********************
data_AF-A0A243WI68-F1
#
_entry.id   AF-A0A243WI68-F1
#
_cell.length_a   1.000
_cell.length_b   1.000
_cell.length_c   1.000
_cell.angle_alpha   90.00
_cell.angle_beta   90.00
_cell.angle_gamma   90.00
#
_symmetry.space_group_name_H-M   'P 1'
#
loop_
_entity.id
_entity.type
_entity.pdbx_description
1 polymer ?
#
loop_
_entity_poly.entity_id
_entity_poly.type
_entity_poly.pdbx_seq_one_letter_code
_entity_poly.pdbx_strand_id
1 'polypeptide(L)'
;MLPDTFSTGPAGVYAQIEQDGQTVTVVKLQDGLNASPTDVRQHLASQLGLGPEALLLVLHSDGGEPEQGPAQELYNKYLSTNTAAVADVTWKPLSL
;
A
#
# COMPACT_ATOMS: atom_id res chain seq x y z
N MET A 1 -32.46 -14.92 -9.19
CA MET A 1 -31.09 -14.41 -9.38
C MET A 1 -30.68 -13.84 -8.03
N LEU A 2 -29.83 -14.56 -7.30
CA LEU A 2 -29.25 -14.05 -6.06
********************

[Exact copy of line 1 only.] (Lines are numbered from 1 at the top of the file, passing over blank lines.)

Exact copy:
data_AF-A0A243WI68-F1